One of the many words in the English language that we tend to overuse has to be the word, “love.” Now, love is not a bad word. It’s just that its meaning, significance, and implications have been cheapened a bit by its universal usage. Many people have become desensitized to loving something or someone because of the various qualifiers that we place on things or people that we love. For example, I can say that I love pizza, I love sports, I love Christmas, I love dessert, and I love my wife. While all those things are indeed true, how might one begin to distinguish my love for all of them? One would hope and even rightly expect that I love my wife more than I love pizza, but this brings us back to our sometimes-casual use of the word, “love.”
Now I know for a fact that many of you use this word in many genuine ways. When you tell someone that you love them you do mean it in all its importance and significance and that is valuable. What is it that this kind of love delivers to us? What is it about receiving this kind of devotion from a friend, family member, spouse, child, or parent that brightens our day and realigns our perspective? Hopefully all of us have those kinds of relationships in our lives where we have this sincere love shown and given to us often.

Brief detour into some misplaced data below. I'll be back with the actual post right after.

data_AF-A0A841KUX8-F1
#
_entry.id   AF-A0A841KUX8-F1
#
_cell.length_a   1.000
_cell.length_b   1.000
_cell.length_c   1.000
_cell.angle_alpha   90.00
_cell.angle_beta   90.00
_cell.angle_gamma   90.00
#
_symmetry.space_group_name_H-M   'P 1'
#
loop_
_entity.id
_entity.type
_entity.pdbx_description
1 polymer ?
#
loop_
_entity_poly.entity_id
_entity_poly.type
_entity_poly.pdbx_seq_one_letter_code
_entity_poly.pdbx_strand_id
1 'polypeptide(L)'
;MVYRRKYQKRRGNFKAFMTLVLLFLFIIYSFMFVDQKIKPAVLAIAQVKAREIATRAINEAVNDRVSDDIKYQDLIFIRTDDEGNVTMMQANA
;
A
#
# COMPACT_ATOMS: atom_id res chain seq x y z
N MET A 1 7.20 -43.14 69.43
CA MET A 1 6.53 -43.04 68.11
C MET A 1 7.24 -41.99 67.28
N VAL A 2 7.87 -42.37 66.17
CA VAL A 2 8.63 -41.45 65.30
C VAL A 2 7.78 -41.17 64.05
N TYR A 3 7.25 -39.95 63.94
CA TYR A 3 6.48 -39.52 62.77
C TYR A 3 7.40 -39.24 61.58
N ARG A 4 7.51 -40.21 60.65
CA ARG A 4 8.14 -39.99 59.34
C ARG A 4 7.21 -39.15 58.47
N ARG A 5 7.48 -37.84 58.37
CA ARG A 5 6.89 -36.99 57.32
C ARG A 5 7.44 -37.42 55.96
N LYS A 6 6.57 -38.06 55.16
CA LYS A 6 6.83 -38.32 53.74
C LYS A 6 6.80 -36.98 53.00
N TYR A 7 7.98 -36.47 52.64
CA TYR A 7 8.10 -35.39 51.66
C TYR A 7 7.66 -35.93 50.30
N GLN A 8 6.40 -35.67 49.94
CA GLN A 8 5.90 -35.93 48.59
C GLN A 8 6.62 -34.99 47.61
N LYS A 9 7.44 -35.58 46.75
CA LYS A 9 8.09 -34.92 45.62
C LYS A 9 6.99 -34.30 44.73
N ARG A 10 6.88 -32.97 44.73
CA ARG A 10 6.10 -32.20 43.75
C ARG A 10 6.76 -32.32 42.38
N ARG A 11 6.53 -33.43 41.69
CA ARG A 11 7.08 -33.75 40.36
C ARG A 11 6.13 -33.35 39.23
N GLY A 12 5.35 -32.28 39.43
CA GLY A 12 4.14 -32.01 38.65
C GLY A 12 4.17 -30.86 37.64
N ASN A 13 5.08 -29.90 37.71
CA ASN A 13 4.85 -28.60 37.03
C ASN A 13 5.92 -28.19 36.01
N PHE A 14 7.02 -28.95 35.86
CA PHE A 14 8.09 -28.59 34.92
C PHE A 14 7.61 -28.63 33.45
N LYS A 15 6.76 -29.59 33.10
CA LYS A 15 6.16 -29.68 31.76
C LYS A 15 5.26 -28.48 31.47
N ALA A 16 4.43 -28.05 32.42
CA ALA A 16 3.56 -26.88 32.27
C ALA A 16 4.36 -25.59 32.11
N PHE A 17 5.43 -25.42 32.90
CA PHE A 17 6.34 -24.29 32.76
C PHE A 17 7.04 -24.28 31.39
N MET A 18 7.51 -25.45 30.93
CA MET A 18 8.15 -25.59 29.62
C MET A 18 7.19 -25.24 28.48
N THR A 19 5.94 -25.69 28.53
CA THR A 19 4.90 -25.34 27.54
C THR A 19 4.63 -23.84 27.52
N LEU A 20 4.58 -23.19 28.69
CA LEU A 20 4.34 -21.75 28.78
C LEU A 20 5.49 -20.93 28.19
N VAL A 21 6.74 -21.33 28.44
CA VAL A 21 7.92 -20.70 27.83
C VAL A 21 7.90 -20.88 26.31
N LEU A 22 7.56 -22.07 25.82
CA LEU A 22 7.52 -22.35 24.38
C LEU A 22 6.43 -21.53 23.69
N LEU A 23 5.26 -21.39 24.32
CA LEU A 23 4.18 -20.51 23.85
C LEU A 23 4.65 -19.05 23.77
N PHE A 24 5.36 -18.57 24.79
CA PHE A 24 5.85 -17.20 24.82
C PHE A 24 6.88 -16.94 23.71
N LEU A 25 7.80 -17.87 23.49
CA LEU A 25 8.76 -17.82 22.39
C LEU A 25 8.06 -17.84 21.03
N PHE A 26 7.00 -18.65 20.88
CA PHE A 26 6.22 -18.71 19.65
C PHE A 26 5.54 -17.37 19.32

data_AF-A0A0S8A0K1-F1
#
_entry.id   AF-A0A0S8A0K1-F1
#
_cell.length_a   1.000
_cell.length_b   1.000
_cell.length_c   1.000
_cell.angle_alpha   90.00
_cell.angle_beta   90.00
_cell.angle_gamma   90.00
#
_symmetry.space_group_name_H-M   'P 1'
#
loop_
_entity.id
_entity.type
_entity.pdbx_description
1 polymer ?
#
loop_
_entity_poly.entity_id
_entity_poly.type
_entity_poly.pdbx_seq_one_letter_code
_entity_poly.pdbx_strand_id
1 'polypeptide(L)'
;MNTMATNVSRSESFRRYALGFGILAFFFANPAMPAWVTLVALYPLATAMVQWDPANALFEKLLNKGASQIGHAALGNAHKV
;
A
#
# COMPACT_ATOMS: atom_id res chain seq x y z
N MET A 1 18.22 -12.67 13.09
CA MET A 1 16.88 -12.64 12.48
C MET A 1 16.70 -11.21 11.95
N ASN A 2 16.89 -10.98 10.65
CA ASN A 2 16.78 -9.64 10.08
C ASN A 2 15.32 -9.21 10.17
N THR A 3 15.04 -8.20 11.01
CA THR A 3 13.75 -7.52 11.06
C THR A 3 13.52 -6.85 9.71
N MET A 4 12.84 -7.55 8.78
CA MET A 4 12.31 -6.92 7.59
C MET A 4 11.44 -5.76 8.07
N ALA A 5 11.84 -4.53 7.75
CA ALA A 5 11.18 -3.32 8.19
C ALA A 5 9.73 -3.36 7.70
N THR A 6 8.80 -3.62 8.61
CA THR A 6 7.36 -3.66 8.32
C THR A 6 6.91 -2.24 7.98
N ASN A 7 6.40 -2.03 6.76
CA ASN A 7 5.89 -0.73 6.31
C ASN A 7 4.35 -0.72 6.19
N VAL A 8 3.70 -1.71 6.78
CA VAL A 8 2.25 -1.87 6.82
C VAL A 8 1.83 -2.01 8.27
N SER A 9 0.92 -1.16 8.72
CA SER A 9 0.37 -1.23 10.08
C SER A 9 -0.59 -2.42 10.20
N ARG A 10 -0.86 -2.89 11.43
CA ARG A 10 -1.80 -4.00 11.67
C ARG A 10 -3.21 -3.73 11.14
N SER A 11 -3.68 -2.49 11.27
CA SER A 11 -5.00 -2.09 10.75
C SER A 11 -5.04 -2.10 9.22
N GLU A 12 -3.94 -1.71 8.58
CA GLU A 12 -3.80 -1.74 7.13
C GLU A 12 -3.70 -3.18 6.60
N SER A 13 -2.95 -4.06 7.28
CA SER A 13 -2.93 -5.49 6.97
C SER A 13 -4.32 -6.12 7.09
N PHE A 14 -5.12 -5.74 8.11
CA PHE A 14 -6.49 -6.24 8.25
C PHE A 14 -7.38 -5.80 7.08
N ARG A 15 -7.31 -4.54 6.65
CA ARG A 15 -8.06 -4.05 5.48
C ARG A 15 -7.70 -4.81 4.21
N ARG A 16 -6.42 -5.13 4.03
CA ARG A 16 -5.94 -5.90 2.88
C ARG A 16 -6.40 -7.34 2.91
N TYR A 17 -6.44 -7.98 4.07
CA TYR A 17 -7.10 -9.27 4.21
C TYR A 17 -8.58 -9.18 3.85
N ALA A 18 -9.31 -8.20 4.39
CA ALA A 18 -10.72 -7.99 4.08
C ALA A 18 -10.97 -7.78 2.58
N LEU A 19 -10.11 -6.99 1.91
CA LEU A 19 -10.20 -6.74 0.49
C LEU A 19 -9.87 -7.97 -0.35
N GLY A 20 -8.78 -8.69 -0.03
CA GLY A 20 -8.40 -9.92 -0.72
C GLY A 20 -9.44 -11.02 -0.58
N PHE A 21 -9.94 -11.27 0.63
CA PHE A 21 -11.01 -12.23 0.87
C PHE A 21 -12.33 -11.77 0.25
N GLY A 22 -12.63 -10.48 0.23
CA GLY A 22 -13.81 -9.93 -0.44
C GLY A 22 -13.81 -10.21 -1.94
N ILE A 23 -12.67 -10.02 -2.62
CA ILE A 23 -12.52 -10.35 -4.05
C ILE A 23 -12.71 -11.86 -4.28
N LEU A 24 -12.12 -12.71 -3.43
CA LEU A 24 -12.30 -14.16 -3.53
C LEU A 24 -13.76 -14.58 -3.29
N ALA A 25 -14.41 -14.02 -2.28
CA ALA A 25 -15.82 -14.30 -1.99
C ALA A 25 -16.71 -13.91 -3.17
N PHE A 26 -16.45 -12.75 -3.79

One of the main deliverables that genuine love offers to each of us is a sense of security. When you know that you are loved, there is a sense of permanence and confidence that takes hold in your life. When you know a love like this, there is an assurance and certainty that you can take to the bank every time.
For many of us in our relationships, we are unable to show this love perfectly. Our love has limits. Although our love can be sincere and genuine at times, it can only deliver so much because of the way that our sin and selfishness can creep onto the scene. This is what is so amazing and life-giving about our text for this week from 1 John 3. In the opening verse, John blurts out in euphoric marvel: See what great love the Father has lavished on us, that we should be called children of God! And that is what we are! John got to walk, talk, and travel with love personified. He got to spend the better part of three years experiencing the most secure kind of love that there is: the love of God shown to us through Jesus Christ.